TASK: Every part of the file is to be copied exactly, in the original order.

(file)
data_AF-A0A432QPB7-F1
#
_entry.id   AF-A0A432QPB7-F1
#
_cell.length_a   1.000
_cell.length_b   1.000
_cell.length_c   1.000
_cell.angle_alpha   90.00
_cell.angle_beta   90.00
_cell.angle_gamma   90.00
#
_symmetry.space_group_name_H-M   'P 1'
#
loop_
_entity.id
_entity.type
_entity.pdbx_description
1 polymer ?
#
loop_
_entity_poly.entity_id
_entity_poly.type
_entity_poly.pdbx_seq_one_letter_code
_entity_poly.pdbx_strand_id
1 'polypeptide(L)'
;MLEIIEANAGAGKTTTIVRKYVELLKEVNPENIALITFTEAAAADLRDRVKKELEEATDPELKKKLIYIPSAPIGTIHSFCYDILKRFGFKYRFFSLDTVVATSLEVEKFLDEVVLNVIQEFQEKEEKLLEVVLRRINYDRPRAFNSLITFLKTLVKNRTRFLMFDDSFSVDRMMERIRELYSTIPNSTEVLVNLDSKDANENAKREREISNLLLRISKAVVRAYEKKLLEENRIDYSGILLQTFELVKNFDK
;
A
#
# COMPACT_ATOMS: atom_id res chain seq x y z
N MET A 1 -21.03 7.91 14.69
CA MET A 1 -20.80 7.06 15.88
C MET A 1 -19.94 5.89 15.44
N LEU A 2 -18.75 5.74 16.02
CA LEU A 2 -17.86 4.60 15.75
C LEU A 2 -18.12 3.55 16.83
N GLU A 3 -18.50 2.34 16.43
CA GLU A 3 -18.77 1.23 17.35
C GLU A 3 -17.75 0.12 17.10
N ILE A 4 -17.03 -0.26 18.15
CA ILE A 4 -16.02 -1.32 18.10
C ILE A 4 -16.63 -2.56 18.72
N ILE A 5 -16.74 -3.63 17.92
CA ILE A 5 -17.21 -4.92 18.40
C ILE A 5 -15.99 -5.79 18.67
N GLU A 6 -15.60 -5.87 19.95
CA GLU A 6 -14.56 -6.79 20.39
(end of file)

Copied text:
data_AF-A0A432QPB7-F1
#
_entry.id   AF-A0A432QPB7-F1
#
_cell.length_a   1.000
_cell.length_b   1.000
_cell.length_c   1.000
_cell.angle_alpha   90.00
_cell.angle_beta   90.00
_cell.angle_gamma   90.00
#
_symmetry.space_group_name_H-M   'P 1'
#
loop_
_entity.id
_entity.type
_entity.pdbx_description
1 polymer ?
#
loop_
_entity_poly.entity_id
_entity_poly.type
_entity_poly.pdbx_seq_one_letter_code
_entity_poly.pdbx_strand_id
1 'polypeptide(L)'
;MLEIIEANAGAGKTTTIVRKYVELLKEVNPENIALITFTEAAAADLRDRVKKELEEATDPELKKKLIYIPSAPIGTIHSFCYDILKRFGFKYRFFSLDTVVATSLEVEKFLDEVVLNVIQEFQEKEEKLLEVVLRRINYDRPRAFNSLITFLKTLVKNRTRFLMFDDSFSVDRMMERIRELYSTIPNSTEVLVNLDSKDANENAKREREISNLLLRISKAVVRAYEKKLLEENRIDYSGILLQTFELVKNFDK
;
A
#
# COMPACT_ATOMS: atom_id res chain seq x y z
N MET A 1 -21.03 7.91 14.69
CA MET A 1 -20.80 7.06 15.88
C MET A 1 -19.94 5.89 15.44
N LEU A 2 -18.75 5.74 16.02
CA LEU A 2 -17.86 4.60 15.75
C LEU A 2 -18.12 3.55 16.83
N GLU A 3 -18.50 2.34 16.43
CA GLU A 3 -18.77 1.23 17.35
C GLU A 3 -17.75 0.12 17.10
N ILE A 4 -17.03 -0.26 18.15
CA ILE A 4 -16.02 -1.32 18.10
C ILE A 4 -16.63 -2.56 18.72
N ILE A 5 -16.74 -3.63 17.92
CA ILE A 5 -17.21 -4.92 18.40
C ILE A 5 -15.99 -5.79 18.67
N GLU A 6 -15.60 -5.87 19.95
CA GLU A 6 -14.56 -6.79 20.39